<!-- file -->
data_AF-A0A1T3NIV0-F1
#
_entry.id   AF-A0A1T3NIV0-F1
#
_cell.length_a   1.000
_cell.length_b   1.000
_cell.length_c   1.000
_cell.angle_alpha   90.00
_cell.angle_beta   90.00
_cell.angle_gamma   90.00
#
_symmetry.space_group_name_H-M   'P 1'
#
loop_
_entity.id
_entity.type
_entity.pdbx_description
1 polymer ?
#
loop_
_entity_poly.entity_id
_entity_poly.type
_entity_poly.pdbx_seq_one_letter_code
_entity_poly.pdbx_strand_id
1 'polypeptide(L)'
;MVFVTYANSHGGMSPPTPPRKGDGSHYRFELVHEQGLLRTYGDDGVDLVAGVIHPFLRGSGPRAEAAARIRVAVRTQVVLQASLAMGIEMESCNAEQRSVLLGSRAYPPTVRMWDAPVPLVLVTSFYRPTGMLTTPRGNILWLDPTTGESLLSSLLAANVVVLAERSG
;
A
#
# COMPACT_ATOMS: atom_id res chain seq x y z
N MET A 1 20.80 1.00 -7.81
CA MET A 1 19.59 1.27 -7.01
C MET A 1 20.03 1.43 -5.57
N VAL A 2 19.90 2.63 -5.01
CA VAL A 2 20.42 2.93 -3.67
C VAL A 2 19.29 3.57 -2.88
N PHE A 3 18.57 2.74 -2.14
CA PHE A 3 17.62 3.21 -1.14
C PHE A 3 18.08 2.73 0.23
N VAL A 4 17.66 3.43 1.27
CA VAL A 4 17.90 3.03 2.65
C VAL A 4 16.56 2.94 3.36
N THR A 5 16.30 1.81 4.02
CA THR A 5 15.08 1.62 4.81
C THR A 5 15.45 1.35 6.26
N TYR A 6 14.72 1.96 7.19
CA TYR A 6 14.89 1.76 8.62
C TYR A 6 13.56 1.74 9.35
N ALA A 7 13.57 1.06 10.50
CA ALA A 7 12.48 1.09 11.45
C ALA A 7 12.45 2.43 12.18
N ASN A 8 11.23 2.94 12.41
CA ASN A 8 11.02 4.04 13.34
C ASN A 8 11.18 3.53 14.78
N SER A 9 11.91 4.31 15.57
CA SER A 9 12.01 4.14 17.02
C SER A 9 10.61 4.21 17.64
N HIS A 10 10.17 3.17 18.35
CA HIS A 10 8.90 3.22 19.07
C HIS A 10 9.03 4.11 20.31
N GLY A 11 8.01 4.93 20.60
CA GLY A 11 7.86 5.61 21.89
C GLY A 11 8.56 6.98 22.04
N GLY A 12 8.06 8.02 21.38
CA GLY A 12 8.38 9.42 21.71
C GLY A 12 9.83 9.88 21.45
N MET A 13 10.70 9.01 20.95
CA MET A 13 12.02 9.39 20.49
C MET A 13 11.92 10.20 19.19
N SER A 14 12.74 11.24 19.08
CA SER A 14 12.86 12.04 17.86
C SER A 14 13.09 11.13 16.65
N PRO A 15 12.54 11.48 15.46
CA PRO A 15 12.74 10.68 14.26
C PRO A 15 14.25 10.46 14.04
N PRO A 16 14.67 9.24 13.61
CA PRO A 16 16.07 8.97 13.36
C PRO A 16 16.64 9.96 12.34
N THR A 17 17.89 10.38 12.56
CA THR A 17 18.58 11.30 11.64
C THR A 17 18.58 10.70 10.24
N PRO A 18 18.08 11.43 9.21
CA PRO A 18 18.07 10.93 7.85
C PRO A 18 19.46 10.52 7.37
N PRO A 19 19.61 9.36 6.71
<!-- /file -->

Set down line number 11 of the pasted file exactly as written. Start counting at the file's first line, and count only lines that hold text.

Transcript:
#